3.16 In preparing proposals for the distribution of dwellings in each district as set out in the LSP, the County Council has had regard to the number of dwellings coming forward on other unidentified sites. These are sites of 10 dwellings or more which have not been allocated for new residential development but which gain planning permission. The Borough Council has considered the number of dwellings that are likely to come forward in the future on such unidentified sites in view of past rates and future potential for these sites.

3.17 Over the 5-year period 1986 to 1991, planning permission was granted and development took place on 6 sites. 72 dwellings were built (14/year). Over the period 1991-1994, 26 dwellings were built on 2 unidentified sites (9/year). At 1st April 1994, a further 27 dwellings on 3 sites were under construction or remained to be developed.

3.18 The preparation of this Local Plan has involved the survey and identification of potential housing sites in excess of 0.4 hectares (1 acre) and those expected to come forward are allocated for development. The Government’s Planning Policy Guidance on Housing (PPG 3 (Revised)) advises that housing land availability studies should not make assumptions about the emergence of large unidentified sites in excess of 1 hectare, and this is generally accepted to hold good in the calculation of housing land supply. Although every effort has been made to identify sites at more than 0.4 hectares, an allowance has been made for the construction of houses on unidentified sites of up to 1 hectare as there is evidence that more sites in this range are likely to emerge than can be individually identified in advance. However it is likely that only a modest number of new dwellings will be built on identified sites within Town and Village Envelopes on sites between 0.4 and 1 hectare and capable of accommodating 10 or more dwellings.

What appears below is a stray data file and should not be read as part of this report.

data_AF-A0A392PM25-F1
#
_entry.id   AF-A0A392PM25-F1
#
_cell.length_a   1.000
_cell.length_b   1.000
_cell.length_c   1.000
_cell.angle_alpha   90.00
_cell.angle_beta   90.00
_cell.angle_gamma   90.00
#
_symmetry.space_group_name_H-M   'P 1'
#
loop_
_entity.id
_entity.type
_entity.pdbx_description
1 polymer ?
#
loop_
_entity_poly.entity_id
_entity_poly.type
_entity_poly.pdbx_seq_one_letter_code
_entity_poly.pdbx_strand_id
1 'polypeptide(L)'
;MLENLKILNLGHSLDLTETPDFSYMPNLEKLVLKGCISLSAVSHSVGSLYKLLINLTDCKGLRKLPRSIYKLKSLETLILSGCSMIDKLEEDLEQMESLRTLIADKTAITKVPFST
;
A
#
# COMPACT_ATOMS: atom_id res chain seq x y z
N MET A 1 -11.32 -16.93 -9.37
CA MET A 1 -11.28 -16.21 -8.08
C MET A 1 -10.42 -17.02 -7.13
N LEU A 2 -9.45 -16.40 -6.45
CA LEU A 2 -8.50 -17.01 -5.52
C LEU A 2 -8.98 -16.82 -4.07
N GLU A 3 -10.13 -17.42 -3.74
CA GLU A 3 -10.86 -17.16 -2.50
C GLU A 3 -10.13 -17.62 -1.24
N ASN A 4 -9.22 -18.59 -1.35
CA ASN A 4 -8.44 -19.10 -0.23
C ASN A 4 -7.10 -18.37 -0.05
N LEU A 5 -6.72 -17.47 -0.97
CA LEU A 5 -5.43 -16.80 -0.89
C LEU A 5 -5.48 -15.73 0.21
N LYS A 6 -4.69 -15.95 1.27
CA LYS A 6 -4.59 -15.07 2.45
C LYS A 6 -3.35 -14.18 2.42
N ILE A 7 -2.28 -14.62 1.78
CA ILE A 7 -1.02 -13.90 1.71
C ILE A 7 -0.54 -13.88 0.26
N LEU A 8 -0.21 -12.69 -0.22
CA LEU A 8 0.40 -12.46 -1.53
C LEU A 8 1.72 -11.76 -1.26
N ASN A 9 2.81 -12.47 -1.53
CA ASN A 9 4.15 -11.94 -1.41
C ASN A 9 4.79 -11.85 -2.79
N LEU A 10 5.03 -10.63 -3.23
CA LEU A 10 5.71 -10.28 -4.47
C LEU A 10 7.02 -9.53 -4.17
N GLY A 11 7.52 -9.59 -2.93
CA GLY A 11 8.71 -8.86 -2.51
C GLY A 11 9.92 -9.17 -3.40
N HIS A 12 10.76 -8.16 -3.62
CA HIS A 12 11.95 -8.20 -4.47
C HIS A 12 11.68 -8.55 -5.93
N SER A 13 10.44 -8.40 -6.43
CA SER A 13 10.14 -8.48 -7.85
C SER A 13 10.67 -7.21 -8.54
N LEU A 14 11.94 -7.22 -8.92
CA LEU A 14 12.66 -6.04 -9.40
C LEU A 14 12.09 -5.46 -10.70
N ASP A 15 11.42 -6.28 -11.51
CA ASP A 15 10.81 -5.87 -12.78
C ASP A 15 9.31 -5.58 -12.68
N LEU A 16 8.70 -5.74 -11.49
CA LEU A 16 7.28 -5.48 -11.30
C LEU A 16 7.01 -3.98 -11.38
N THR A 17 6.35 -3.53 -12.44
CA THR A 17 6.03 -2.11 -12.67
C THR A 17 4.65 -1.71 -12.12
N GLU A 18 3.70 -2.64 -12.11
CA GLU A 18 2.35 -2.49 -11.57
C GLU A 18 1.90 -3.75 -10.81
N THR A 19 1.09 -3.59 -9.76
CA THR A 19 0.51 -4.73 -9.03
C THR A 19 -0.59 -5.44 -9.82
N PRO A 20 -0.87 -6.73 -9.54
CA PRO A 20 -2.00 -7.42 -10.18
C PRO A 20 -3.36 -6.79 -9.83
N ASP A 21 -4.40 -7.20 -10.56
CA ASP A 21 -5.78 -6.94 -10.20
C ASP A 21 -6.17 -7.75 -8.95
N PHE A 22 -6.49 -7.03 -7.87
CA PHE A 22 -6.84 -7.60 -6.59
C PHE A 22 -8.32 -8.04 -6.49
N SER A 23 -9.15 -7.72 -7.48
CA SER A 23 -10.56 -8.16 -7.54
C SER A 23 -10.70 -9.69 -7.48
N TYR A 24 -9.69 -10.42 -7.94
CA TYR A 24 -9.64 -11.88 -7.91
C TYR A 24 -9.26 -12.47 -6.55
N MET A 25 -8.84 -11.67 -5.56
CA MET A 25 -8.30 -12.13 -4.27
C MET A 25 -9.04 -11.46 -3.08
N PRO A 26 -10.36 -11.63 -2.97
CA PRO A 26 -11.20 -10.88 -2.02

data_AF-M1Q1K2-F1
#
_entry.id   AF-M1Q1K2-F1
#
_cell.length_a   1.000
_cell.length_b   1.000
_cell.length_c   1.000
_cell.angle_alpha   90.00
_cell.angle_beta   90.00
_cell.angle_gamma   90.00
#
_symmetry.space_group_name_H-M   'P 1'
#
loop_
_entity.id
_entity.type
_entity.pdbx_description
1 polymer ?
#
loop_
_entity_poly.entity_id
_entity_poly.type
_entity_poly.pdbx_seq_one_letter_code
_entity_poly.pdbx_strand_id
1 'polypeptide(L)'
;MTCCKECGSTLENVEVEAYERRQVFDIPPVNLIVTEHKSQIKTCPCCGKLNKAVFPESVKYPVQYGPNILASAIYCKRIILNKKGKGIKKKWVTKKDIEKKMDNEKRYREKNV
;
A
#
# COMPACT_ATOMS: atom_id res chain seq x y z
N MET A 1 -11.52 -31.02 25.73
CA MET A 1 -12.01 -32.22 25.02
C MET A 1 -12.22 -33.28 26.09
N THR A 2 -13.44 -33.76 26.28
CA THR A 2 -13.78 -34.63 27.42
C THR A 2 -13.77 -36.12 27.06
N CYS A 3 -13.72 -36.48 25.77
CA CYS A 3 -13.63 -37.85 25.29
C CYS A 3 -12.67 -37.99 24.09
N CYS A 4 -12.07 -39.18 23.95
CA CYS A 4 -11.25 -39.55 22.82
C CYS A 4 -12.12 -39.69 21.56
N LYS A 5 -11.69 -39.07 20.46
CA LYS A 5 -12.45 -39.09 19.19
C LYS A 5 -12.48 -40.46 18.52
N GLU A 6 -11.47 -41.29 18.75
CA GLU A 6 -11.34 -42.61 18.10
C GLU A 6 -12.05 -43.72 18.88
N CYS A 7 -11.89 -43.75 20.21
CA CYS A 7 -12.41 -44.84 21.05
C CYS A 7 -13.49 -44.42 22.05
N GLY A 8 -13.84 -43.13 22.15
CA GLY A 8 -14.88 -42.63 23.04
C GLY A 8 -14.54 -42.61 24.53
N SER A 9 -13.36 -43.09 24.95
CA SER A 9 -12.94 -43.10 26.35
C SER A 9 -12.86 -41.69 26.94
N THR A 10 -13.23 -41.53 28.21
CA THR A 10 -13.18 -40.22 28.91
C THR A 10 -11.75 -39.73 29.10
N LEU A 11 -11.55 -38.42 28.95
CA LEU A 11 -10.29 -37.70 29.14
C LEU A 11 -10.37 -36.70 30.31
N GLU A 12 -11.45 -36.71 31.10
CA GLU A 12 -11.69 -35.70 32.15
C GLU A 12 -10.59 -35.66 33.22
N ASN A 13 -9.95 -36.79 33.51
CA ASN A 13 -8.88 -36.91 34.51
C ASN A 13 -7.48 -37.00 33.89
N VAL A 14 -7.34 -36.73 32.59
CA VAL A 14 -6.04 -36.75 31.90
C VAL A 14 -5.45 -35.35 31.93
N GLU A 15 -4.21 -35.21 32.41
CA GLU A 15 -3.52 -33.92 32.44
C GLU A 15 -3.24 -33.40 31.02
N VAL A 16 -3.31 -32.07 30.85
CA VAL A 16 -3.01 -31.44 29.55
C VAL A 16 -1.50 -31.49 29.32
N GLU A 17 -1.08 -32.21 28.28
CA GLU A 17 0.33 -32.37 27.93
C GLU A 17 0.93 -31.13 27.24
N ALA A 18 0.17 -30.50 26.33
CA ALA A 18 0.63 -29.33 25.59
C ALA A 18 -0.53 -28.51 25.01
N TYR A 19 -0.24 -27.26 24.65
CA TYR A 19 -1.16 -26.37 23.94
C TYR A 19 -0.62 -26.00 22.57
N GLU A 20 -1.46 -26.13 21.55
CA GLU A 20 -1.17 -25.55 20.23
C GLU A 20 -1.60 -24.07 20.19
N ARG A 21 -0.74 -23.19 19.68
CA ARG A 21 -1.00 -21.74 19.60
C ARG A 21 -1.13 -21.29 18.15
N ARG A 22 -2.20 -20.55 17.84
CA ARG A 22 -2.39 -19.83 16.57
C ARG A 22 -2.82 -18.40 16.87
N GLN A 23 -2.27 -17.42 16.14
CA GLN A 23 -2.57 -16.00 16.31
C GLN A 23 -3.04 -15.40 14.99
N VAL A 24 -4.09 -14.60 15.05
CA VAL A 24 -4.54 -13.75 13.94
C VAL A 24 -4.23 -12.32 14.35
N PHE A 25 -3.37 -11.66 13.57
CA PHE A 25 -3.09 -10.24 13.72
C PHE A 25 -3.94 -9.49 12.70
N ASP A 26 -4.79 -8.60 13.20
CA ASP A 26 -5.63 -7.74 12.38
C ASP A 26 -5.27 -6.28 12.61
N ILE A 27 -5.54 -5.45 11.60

3.19 A summary of the likely housing supply situation is as follows:-

Table 1  
Summary of Housing Land Supply (all sites-at 1st April 1995)  
Built 1991-1995 887
Under Construction 48
Outstanding Planning Permissions 824*
Proposed Allocations 1,039
Small Site Allowance 460
Other Unidentified Sites 85
TOTAL 3,343

* includes Edendale Road, Melton Mowbray which was granted planning permission after 1st April 1995

LSP Dwelling Requirement (1991-2006) 3,250

Residential Land Availability Monitoring